-On July 31 the district will finalize its reopening plan and present it to NYS.
-On Monday August 3, they will provide a plan and executive summary to the community.
-On August 5 a recorded webinar will be released.
-On August 6, a public forum will be held on Zoom from 1-2:30 pm.
In order to further interpret the district’s emails, we reached out to Scarsdale School Superintendent Thomas Hagerman and posed some questions about the schedule, possibilities to increase space, use of multi-purpose spaces and more. Here is what we learned:
From the July 25 email it appears that if everyone cannot return to school at one time, the priority for in person learning will be given to the younger students and those with special needs while older students will be doing more virtual learning. Is that correct?
Social-distancing and mask-wearing are required as part of state guidance. This will make it extremely difficult to have all students back without making monumental changes to course offerings and the like. The plans are in the process of being developed, so they are still under construction at this time.
Has the district considered erecting tents on the school property to allow for an expanded footprint while the weather allows - at least in September and October? If this can’t be done, please explain why it’s not feasible.
At this point, we are not considering tents as a viable option. While this suggestion has come up from several sources, there are major issues with using tents, including safety and security, electricity, weather, electronics, and cleaning and disinfecting, to name a few. Of course, we will continue to think about ways of using the outdoors for shorter periods of time and for activities that lend themselves to an outdoor experience.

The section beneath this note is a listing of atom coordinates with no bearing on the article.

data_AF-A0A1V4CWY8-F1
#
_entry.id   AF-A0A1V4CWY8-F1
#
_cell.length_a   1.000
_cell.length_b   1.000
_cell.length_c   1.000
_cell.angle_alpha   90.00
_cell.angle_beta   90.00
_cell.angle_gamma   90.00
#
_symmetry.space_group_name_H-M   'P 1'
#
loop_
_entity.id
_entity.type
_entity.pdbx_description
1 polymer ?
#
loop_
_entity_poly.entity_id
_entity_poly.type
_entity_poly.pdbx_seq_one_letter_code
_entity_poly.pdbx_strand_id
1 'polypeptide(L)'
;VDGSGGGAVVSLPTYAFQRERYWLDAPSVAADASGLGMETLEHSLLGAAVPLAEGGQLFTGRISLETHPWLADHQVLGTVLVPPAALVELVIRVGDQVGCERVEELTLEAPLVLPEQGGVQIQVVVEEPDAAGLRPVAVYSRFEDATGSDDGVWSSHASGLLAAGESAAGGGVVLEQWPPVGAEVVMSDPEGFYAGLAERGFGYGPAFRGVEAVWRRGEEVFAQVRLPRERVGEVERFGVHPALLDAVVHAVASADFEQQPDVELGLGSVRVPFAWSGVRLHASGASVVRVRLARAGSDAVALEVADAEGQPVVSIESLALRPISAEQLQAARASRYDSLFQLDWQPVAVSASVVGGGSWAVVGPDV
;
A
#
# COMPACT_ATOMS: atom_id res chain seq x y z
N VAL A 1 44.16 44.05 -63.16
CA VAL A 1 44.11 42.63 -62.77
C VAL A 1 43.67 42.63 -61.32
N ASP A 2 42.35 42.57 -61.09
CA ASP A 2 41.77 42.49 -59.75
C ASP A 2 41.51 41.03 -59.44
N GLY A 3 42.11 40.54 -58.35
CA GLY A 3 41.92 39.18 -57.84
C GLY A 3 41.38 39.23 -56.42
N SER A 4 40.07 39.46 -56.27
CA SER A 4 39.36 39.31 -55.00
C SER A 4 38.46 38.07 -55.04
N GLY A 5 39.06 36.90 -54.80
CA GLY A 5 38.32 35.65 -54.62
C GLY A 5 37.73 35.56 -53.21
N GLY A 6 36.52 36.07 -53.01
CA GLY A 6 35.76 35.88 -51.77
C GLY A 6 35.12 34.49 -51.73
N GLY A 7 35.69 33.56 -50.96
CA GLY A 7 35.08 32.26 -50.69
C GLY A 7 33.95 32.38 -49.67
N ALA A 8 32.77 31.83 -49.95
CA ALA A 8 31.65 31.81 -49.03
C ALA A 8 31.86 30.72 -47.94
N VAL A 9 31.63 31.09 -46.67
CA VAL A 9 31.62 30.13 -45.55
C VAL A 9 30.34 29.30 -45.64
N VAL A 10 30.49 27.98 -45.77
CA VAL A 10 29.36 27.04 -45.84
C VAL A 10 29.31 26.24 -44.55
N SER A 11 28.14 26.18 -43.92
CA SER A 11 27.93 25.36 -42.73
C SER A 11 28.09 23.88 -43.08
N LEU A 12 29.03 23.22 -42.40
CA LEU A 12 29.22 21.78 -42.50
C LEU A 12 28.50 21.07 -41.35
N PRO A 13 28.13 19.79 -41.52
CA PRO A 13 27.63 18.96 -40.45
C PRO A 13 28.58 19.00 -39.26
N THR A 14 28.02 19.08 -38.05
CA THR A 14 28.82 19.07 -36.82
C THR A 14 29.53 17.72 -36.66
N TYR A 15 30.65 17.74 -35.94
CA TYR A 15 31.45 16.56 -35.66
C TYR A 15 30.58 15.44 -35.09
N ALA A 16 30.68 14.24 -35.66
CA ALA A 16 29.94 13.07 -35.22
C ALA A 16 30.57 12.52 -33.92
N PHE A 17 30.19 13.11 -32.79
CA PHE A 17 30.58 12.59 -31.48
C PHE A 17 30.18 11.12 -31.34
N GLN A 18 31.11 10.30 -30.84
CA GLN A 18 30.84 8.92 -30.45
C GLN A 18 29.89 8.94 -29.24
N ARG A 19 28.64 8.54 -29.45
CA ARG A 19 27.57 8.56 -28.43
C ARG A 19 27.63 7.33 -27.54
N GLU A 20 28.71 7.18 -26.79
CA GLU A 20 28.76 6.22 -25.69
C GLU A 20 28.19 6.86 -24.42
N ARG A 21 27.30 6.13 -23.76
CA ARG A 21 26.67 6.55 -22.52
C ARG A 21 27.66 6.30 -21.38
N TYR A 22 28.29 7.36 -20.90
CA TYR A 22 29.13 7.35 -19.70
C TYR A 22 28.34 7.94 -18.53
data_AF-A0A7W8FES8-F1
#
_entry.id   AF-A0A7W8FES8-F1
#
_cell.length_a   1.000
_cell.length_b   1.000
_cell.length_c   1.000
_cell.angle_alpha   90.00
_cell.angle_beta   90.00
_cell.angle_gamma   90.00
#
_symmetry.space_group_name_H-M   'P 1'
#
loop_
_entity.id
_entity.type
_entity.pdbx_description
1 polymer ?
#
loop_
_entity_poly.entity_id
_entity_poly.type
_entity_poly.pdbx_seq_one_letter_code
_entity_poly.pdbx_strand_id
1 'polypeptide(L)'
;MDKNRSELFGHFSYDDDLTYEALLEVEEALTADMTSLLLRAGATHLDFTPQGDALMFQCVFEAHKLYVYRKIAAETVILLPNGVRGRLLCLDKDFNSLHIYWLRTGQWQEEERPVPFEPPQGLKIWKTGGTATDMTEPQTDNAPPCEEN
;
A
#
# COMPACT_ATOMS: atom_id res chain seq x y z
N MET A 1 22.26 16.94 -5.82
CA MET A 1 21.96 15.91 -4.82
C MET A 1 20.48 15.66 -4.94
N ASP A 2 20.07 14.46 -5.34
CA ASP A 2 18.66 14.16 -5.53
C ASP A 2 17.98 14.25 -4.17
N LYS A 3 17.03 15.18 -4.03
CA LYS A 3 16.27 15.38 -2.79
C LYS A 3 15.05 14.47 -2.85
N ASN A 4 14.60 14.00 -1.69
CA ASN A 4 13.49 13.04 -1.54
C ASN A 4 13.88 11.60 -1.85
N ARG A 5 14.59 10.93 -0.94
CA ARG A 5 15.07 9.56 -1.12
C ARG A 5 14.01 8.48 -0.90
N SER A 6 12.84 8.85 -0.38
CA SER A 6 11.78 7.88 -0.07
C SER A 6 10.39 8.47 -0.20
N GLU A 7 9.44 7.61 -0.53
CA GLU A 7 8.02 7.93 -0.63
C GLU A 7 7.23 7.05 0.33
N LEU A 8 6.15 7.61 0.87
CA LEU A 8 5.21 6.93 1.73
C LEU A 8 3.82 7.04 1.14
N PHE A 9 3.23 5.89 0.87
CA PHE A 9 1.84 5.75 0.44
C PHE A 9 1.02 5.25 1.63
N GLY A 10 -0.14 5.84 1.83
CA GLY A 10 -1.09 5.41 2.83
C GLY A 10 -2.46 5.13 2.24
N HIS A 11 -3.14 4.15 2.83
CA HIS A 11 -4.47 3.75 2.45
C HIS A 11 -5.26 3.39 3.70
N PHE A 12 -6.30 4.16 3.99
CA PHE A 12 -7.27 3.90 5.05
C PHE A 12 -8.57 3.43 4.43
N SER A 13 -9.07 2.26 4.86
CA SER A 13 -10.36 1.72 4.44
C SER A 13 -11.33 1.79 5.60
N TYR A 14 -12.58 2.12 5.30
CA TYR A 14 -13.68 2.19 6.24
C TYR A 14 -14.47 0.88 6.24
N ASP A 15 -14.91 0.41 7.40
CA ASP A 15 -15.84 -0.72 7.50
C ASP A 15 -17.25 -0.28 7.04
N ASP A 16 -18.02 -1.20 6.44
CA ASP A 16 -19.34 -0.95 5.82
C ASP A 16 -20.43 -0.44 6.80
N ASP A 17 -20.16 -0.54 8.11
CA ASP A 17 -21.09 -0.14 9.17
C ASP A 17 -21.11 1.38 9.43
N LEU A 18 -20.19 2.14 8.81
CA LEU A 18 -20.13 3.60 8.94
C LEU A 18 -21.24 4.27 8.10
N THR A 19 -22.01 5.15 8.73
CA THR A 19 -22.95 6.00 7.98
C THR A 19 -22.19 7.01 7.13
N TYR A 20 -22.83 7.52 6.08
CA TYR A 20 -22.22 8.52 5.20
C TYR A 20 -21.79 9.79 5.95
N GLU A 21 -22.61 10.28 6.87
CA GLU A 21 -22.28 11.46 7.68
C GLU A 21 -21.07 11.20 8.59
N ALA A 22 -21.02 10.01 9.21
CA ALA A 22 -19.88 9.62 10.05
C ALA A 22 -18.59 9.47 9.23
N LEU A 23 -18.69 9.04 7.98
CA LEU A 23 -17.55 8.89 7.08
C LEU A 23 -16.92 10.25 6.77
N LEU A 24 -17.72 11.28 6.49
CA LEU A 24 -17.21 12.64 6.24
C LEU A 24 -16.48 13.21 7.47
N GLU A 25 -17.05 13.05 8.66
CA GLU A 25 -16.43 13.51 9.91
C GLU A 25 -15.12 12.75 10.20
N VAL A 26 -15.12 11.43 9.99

The district now has many new large spaces including libraries, learning commons and cafeterias. Is it possible to divide these spaces with temporary walls in order to create additional distanced learning spaces? Have architects assessed how we can utilize these spaces to allow more children to attend school?
Absolutely. We are carefully considering the use of all spaces in our buildings. Cleaning and disinfecting requirements, however, limit the continuous use of these spaces, and the number of students and staff who can access them in a given time period.
Under the state guidelines, how many children would be permitted to attend class in our district’s smallest classrooms - and in the largest ones? Do all classrooms have the required ventilation?
Currently, the guidance speaks to 6ft social-distancing in all directions. Our average class ranges from 500-600 square feet, which means we can have approximately 10-15 people in a single class, depending on the individual classroom configuration, and staffing needs for that classroom.